**A regression result showing that two variables are related does not prove that the two variables are causally related. A regression is not a complex model that replicates the real world.**

Statistics can inform your understanding of a research topic, and it can provide evidence to inform your choices. But!** It’s important to think about statistics as being able to support an idea but being unable to prove it. ** Statistics can be a powerful type of evidence, but there are several pitfalls to avoid.

The safest rule for interpreting research statistics in peer-reviewed sources is to rely on authors’ own description of statistical results, the authors’ own interpretation and discussion of the results as evidence to inform a research question, and the authors’ own assessment of the limitations of the statistical evidence.

Researchers typically focus on narrow questions, but their data can be misinterpreted when used to address a different question. After identifying research studies that use statistics that seem to directly address your research question, read the authors’ own interpretation of the statistics. Then, ask yourself:

Did the authors design their statistical analysis in a way that *directly* helps address my question, or would it take a leap to use this data for my research?

**Statistical tests are complicated and designed for a narrow question**— so, only use statistical evidence that was designed to address your specific question.

*Note:* More complex statistical methods generally require narrower applications and interpretations.

Finally, recognize that a statistically significant result is not necessarily a meaningful result in the real world: ask yourself:

Is the result summarized in the study clinically meaningful or compelling evidence for answering your research question?

In describing your conclusions about the statistics, be sure to stick with other lessons from this guide: correlation is not causation, and good research means acknowledging the limitations of your research sources.

Whenever we do an experiment, we need to rule out that our results could have occurred simply to chance. **Hypothesis testing** is a subset of inferential statistics, and its main goal is to help determine if the results you found in your study (which were found with a sample of a population) could be applied to the larger population and still hold true with a certain level of confidence.

But lets back up a bit. Logically speaking, It is much easier to prove something is false than to prove something is true. If we want to prove something is false, then we only need one counter example. But, if we want to prove something is true, then we need to prove it is true in every possible situation.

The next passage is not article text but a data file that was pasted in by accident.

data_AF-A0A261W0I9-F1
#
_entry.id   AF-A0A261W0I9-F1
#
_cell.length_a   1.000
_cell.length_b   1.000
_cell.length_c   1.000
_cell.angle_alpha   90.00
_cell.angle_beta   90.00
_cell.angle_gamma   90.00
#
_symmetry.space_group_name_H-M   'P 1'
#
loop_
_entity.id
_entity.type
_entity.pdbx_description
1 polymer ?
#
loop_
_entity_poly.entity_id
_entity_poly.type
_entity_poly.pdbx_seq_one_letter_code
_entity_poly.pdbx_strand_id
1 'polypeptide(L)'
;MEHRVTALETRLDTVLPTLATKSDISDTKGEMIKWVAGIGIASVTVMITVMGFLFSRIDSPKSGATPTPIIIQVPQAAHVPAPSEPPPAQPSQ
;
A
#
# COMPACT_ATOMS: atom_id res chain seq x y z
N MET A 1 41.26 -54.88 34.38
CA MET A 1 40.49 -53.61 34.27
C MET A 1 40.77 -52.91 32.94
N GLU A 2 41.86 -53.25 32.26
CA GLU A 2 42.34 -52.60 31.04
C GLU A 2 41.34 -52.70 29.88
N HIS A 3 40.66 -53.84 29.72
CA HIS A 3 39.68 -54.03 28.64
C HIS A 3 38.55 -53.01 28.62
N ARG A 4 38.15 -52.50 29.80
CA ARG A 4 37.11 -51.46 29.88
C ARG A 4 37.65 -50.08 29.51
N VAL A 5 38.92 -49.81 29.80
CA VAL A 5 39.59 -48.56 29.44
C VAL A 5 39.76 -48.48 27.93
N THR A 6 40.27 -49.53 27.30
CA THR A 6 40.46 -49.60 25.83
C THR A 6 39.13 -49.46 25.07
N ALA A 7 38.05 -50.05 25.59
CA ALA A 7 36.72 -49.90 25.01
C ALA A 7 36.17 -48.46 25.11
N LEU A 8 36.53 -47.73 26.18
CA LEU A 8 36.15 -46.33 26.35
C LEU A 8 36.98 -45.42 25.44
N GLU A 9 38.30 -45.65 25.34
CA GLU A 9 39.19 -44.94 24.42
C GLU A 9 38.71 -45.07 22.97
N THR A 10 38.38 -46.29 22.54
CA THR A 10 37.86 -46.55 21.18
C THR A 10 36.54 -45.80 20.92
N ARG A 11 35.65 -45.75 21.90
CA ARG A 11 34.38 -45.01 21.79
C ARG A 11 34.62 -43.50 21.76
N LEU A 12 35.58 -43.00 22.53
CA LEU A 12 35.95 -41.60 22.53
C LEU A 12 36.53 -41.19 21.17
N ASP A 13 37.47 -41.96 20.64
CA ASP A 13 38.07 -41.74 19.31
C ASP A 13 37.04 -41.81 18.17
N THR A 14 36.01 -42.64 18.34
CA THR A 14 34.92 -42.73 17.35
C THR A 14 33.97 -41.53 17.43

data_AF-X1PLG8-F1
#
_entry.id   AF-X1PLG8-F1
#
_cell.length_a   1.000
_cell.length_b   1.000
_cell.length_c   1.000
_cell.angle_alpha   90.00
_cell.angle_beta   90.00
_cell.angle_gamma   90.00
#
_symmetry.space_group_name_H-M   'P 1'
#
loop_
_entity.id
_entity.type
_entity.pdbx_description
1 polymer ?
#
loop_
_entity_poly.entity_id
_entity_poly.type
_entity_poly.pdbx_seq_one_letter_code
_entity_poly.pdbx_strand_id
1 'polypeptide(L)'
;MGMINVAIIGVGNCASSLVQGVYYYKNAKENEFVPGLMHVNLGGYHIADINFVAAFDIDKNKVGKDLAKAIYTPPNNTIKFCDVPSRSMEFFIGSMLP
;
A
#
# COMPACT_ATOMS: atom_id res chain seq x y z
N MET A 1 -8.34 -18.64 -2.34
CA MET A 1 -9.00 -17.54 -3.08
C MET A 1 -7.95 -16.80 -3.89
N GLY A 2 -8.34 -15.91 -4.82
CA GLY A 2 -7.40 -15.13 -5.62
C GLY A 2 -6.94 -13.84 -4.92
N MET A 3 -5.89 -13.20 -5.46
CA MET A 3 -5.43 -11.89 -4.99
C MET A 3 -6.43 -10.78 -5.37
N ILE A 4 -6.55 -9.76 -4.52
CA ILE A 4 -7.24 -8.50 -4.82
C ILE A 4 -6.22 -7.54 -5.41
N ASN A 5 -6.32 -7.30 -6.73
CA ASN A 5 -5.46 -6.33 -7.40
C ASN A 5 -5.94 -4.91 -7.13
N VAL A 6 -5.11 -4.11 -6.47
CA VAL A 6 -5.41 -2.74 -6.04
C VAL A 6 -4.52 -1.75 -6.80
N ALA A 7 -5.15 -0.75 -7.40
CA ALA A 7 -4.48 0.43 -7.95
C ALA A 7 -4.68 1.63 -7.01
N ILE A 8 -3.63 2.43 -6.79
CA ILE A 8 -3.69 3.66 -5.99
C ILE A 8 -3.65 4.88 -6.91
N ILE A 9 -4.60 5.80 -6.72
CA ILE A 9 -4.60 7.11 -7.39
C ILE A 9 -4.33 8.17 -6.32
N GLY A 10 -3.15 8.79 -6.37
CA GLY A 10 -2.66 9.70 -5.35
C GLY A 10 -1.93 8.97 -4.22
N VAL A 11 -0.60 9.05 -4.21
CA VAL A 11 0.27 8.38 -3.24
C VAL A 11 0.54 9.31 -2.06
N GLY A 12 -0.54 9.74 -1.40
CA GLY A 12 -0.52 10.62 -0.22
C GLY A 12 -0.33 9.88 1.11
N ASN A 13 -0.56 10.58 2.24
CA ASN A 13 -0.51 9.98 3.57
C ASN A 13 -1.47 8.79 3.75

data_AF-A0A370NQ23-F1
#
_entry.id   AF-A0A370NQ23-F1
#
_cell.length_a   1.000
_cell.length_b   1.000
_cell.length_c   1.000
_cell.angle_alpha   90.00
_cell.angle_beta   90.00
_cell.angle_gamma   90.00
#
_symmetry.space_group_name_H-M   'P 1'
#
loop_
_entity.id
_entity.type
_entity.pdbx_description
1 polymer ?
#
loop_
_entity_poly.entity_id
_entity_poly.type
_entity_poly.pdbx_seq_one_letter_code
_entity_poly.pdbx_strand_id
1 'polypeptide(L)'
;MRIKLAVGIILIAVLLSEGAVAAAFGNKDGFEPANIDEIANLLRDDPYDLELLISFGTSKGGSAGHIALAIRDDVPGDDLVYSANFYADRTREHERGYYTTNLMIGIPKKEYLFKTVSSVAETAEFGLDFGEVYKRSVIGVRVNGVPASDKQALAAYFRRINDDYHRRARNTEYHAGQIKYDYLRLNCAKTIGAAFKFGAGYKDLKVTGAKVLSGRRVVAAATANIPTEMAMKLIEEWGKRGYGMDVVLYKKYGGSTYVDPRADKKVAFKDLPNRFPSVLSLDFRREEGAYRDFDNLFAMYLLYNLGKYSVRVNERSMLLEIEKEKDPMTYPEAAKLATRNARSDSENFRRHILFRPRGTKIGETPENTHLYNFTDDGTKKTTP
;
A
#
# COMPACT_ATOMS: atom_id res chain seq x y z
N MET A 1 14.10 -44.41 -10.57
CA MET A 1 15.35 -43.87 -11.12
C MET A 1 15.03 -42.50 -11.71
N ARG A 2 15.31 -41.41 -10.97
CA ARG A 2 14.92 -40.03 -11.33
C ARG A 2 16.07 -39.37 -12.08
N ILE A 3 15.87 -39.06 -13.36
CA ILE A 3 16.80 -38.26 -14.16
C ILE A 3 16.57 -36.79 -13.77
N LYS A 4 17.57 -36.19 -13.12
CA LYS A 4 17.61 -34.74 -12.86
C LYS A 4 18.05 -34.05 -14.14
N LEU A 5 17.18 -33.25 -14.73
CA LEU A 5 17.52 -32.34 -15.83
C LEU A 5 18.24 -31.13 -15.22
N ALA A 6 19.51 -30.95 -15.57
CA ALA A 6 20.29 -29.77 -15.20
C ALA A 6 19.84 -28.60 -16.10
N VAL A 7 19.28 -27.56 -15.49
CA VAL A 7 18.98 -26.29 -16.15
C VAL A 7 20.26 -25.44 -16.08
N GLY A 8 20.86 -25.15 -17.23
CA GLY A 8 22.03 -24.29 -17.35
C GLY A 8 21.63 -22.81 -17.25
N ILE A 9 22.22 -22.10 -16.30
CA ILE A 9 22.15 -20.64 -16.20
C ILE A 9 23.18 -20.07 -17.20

For example, the classic argument is the claim "all swans are white." If I want to prove that the statement "all swans are white" is true, then I would need to go out and *check every single swan.* That's impossible! However, I can prove that the statement "all swans are white" is false by finding just *one swan that is isn't white. *

When we start doing an experiment, we create a hypothesis about a population. A **hypothesis (H _{A}), **also know as an alternate hypothesis, is a proposed explanation or prediction about a phenomenon or a relationship between variables. For example, we may hypothesize that Cedar Crest students, on average, chat with their librarians

The** null hypothesis ( H_{0})** is a statement that suggests there is no significant difference, effect, or relationship between the phenomena or variables being studied. The null hypothesis exists as the status quo, or default assumption. In our example, the null hypothesis is that Cedar Crest students chat with their librarians

Because it would be much harder to prove our hypothesis was true in every case, we instead prove that the null hypothesis was false in this singular case. This is because if the null hypothesis (that there is no change) is false, then our hypothesis (that there is significant change) is *more likely* to be true.

The **p-value** is a measure of how likely the sample results are, assuming the null hypothesis is true. To put it simply, the p-value is the probability that your observed phenomonon happened simply due to chance.

The P value is the probability that any particular outcome would have arisen by chance. Standard scientific practice usually deems a P value of less than 1 in 20 (expressed as P=0.05, and equivalent to a betting odds of 20 to 1) as "statistically significant" and a P value of less than 1 in 100 (P=0.01) as "statistically highly significant."